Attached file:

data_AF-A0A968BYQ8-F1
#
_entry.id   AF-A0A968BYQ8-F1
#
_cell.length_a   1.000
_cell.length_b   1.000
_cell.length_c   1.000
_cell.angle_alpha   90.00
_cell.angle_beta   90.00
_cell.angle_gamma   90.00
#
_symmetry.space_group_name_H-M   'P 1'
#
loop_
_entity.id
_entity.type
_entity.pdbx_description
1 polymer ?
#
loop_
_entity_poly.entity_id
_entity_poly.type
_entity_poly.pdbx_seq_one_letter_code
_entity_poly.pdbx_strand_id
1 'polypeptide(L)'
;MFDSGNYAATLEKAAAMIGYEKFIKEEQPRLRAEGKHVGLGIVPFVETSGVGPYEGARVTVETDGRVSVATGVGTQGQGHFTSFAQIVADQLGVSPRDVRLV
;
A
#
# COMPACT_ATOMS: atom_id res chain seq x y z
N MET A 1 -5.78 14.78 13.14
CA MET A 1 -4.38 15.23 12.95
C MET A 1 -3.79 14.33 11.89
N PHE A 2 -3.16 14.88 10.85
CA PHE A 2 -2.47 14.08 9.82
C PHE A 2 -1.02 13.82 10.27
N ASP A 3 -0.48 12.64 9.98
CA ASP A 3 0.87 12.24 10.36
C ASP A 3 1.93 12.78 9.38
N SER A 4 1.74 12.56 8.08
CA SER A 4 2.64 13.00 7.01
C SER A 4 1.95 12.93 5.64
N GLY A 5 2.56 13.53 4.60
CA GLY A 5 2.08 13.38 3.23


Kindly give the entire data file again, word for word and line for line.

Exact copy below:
data_AF-A0A968BYQ8-F1
#
_entry.id   AF-A0A968BYQ8-F1
#
_cell.length_a   1.000
_cell.length_b   1.000
_cell.length_c   1.000
_cell.angle_alpha   90.00
_cell.angle_beta   90.00
_cell.angle_gamma   90.00
#
_symmetry.space_group_name_H-M   'P 1'
#
loop_
_entity.id
_entity.type
_entity.pdbx_description
1 polymer ?
#
loop_
_entity_poly.entity_id
_entity_poly.type
_entity_poly.pdbx_seq_one_letter_code
_entity_poly.pdbx_strand_id
1 'polypeptide(L)'
;MFDSGNYAATLEKAAAMIGYEKFIKEEQPRLRAEGKHVGLGIVPFVETSGVGPYEGARVTVETDGRVSVATGVGTQGQGHFTSFAQIVADQLGVSPRDVRLV
;
A
#
# COMPACT_ATOMS: atom_id res chain seq x y z
N MET A 1 -5.78 14.78 13.14
CA MET A 1 -4.38 15.23 12.95
C MET A 1 -3.79 14.33 11.89
N PHE A 2 -3.16 14.88 10.85
CA PHE A 2 -2.47 14.08 9.82
C PHE A 2 -1.02 13.82 10.27
N ASP A 3 -0.48 12.64 9.98
CA ASP A 3 0.87 12.24 10.36
C ASP A 3 1.93 12.78 9.38
N SER A 4 1.74 12.56 8.08
CA SER A 4 2.64 13.00 7.01
C SER A 4 1.95 12.93 5.64
N GLY A 5 2.56 13.53 4.60
CA GLY A 5 2.08 13.38 3.23